We just dropped Vic off at Taxi Guy for a transmission service. Last week, the car chattered twice while on the highway. I'm told that one possible repair is to completely drain the transmission and torque converter, then use a different type of fluid. We shall see if this does the job. If not, a replacement vehicle might be inching closer and closer, which isn't good, as I am still trying to find work. Stay tuned...

Tuesday, July 23, 2013

VIDEO: Ford's New Police Squad

I found this video of the Ford Interceptor over at Fox News:

The Worst States For Speeding Tickets in USA

Craig Fitzgerald of Yahoo! Autos/BoldRide has written an article about speeding tickets around the US.  Being New England based, I found some of the results very interesting.  The whole article can be read HERE, but if you'd like to cut to the chase, read excerpts below:

Most Expensive First Offense: (Tie) Georgia, Illinois, North Carolina, Nevada and New Hampshire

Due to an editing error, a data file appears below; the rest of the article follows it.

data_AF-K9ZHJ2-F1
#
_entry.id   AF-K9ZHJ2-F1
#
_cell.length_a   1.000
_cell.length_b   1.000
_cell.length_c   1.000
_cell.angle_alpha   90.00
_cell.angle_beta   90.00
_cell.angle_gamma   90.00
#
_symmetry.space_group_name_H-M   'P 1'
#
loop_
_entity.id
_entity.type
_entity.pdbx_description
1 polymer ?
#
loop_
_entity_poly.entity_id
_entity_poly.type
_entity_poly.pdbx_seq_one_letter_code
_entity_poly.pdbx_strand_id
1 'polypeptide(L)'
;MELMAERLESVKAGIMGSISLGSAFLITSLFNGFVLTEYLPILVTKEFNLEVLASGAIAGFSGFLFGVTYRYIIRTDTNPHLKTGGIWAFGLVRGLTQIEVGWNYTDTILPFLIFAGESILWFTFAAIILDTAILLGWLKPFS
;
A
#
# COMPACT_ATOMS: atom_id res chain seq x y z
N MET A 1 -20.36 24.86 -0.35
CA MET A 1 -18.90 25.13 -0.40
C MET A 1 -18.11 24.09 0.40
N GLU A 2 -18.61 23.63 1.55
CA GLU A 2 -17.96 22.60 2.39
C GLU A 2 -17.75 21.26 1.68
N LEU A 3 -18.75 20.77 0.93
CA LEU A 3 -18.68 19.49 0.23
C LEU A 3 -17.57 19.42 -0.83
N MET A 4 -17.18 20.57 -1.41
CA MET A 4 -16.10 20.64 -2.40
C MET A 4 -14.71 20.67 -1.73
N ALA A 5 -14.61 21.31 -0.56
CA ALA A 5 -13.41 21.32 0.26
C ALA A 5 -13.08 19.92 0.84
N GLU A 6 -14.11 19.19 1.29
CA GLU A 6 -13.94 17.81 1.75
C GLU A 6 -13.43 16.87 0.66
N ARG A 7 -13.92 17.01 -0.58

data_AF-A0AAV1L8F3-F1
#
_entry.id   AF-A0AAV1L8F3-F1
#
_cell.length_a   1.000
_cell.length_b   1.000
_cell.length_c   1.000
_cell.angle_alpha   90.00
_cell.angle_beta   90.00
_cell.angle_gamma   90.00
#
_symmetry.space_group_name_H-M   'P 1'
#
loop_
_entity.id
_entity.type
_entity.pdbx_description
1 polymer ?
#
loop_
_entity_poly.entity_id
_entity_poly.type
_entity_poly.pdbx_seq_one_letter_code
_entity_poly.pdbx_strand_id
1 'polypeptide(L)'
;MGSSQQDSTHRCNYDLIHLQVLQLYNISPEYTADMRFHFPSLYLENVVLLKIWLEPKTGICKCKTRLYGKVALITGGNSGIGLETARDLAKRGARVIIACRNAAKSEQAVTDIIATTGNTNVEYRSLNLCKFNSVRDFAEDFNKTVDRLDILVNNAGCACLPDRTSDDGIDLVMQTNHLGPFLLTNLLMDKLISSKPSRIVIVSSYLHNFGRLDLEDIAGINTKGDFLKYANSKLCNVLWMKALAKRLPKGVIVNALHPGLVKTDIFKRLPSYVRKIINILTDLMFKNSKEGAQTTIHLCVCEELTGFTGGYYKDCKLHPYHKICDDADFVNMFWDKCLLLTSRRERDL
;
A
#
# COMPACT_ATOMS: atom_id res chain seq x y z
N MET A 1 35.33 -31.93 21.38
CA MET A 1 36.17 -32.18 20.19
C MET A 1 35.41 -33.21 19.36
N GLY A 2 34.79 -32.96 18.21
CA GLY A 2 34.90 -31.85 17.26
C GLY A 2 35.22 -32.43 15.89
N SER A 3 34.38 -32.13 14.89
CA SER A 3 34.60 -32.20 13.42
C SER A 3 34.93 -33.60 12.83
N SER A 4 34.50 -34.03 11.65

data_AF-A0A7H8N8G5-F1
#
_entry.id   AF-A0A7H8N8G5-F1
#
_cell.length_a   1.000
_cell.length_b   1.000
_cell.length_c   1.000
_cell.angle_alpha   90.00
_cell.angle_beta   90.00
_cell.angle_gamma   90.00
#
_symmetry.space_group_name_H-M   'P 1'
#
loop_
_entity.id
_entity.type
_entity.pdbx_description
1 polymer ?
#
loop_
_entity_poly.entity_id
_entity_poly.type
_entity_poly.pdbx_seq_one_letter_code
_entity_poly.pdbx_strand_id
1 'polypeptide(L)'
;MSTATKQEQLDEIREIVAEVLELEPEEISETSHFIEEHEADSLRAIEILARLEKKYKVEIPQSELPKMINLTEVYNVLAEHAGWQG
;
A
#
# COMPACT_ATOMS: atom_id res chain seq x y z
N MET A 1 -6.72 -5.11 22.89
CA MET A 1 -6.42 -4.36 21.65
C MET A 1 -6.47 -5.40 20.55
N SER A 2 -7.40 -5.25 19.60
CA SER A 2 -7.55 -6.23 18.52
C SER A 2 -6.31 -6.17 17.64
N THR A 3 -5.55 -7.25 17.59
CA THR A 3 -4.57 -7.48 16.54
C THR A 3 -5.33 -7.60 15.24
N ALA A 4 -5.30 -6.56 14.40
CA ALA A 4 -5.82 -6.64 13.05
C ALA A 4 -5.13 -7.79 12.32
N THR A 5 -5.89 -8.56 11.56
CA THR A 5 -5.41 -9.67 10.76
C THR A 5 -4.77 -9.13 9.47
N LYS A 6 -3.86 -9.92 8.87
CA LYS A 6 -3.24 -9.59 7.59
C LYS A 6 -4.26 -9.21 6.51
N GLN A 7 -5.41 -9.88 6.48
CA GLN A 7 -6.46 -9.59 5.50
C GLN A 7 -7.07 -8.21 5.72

MassachusettsThese five states all hold drivers liable for a fine of up to $1,000 for a first offense. The fine is up to a judge’s discretion and can be based on how many miles per hour you’re ticketed over the designated speed limit, or if you were caught speeding in a work or a school zone, both of which tend to double a fine. In addition to the fine, you can spend up to a year in jail. Granted, speeding in a work zone is bad for everyone concerned, but a few moments of inattention resulting in a $1,000 fine? What’s the first offense for a weapons violation in those states?

Most Expensive State to Fight a Ticket: Massachusetts